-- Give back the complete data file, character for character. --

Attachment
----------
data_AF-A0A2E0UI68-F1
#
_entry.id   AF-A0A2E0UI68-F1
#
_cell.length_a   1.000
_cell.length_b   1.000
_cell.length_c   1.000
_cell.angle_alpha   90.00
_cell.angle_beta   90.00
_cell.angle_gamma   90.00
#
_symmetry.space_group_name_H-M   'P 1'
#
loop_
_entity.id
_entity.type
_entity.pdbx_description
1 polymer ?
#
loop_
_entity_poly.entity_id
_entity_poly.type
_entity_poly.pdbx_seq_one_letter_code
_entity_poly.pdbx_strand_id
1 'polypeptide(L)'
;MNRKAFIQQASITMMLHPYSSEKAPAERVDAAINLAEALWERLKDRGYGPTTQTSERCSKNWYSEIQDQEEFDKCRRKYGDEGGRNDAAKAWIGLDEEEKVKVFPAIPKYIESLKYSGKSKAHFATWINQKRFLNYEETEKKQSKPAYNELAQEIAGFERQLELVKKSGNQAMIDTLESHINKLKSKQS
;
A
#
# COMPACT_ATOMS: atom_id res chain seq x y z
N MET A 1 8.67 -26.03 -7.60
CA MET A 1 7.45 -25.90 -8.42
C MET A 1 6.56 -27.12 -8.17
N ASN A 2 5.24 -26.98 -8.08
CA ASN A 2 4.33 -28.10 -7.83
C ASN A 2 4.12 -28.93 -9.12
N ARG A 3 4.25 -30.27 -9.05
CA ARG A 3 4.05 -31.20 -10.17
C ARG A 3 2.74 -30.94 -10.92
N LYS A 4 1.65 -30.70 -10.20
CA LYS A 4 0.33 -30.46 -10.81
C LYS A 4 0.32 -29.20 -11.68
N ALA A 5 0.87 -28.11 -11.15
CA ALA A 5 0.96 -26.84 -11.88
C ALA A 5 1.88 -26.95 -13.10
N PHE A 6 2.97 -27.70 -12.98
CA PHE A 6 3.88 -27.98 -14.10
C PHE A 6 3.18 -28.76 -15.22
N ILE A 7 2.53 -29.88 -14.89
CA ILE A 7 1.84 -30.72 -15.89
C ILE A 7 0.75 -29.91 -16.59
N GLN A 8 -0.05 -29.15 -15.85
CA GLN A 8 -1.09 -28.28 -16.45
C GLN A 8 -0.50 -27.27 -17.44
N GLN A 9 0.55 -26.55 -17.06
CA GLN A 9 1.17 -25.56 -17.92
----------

data_AF-A0A2E0UI68-F1
#
_entry.id   AF-A0A2E0UI68-F1
#
_cell.length_a   1.000
_cell.length_b   1.000
_cell.length_c   1.000
_cell.angle_alpha   90.00
_cell.angle_beta   90.00
_cell.angle_gamma   90.00
#
_symmetry.space_group_name_H-M   'P 1'
#
loop_
_entity.id
_entity.type
_entity.pdbx_description
1 polymer ?
#
loop_
_entity_poly.entity_id
_entity_poly.type
_entity_poly.pdbx_seq_one_letter_code
_entity_poly.pdbx_strand_id
1 'polypeptide(L)'
;MNRKAFIQQASITMMLHPYSSEKAPAERVDAAINLAEALWERLKDRGYGPTTQTSERCSKNWYSEIQDQEEFDKCRRKYGDEGGRNDAAKAWIGLDEEEKVKVFPAIPKYIESLKYSGKSKAHFATWINQKRFLNYEETEKKQSKPAYNELAQEIAGFERQLELVKKSGNQAMIDTLESHINKLKSKQS
;
A
#
# COMPACT_ATOMS: atom_id res chain seq x y z
N MET A 1 8.67 -26.03 -7.60
CA MET A 1 7.45 -25.90 -8.42
C MET A 1 6.56 -27.12 -8.17
N ASN A 2 5.24 -26.98 -8.08
CA ASN A 2 4.33 -28.10 -7.83
C ASN A 2 4.12 -28.93 -9.12
N ARG A 3 4.25 -30.27 -9.05
CA ARG A 3 4.05 -31.20 -10.17
C ARG A 3 2.74 -30.94 -10.92
N LYS A 4 1.65 -30.70 -10.20
CA LYS A 4 0.33 -30.46 -10.81
C LYS A 4 0.32 -29.20 -11.68
N ALA A 5 0.87 -28.11 -11.15
CA ALA A 5 0.96 -26.84 -11.88
C ALA A 5 1.88 -26.95 -13.10
N PHE A 6 2.97 -27.70 -12.98
CA PHE A 6 3.88 -27.98 -14.10
C PHE A 6 3.18 -28.76 -15.22
N ILE A 7 2.53 -29.88 -14.89
CA ILE A 7 1.84 -30.72 -15.89
C ILE A 7 0.75 -29.91 -16.59
N GLN A 8 -0.05 -29.15 -15.85
CA GLN A 8 -1.09 -28.28 -16.45
C GLN A 8 -0.50 -27.27 -17.44
N GLN A 9 0.55 -26.55 -17.06
CA GLN A 9 1.17 -25.56 -17.92